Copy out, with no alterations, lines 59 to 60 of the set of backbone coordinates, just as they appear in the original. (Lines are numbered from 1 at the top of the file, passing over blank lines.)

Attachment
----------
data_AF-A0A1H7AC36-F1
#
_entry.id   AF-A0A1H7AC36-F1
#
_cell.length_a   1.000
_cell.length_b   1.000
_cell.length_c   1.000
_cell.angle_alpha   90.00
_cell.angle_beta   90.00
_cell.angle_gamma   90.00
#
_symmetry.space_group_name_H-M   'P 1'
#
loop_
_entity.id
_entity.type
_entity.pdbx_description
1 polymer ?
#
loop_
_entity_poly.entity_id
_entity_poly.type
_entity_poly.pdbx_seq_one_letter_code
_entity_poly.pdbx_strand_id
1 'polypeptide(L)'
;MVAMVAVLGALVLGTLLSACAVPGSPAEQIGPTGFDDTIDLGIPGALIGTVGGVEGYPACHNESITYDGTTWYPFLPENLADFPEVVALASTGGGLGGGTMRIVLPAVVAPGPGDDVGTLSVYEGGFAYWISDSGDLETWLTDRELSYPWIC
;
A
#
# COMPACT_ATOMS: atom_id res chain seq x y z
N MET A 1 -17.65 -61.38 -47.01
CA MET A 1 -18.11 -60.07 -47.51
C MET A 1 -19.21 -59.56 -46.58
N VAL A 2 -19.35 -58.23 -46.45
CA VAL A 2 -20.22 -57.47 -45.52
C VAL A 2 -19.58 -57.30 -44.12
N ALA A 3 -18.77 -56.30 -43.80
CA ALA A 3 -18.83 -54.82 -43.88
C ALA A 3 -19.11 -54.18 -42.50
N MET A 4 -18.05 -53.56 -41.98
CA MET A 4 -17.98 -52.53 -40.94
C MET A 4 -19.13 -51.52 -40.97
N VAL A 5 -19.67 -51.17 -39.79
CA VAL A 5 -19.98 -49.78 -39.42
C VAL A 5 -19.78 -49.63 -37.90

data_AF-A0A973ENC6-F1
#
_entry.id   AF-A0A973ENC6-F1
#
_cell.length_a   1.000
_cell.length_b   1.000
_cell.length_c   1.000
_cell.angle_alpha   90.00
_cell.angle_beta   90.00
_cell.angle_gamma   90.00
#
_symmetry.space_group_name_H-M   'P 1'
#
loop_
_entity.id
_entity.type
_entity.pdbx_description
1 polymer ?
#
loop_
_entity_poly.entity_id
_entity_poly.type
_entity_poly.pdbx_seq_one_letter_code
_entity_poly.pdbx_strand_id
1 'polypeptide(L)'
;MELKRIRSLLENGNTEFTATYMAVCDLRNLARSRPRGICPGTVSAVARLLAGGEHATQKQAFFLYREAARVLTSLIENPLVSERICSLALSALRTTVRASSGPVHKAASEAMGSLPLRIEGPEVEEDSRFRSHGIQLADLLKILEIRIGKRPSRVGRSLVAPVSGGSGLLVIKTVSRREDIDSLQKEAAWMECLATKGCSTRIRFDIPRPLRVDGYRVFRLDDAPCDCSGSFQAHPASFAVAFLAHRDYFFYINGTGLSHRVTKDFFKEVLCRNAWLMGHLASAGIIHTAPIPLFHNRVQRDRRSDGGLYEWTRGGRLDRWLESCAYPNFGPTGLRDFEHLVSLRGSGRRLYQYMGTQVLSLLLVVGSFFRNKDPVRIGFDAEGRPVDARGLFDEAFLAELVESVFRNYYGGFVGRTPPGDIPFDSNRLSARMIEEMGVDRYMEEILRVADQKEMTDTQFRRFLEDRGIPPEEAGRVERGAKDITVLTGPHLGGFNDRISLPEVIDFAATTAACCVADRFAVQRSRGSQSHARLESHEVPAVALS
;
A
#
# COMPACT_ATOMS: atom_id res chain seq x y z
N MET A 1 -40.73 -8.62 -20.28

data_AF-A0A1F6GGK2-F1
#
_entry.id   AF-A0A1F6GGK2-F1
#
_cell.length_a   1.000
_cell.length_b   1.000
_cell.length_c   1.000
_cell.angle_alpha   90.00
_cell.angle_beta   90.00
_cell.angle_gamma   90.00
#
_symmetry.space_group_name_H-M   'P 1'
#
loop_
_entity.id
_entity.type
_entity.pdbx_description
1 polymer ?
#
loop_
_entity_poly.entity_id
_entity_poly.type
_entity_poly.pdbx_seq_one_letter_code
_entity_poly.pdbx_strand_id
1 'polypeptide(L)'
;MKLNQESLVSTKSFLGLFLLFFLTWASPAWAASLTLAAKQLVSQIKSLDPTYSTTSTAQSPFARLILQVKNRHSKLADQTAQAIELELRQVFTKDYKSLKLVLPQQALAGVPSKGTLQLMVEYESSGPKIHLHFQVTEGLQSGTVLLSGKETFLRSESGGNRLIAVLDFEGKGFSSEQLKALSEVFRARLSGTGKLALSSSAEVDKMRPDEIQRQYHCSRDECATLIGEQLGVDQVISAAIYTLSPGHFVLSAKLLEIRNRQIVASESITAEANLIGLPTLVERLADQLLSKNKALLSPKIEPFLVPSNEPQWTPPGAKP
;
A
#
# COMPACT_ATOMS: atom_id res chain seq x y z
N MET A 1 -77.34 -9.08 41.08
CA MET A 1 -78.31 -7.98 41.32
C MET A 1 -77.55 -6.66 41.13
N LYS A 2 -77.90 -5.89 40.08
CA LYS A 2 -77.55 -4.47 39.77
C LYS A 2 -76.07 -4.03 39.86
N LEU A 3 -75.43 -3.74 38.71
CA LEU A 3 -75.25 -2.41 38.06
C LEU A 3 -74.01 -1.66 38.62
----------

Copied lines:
loop_
_entity.id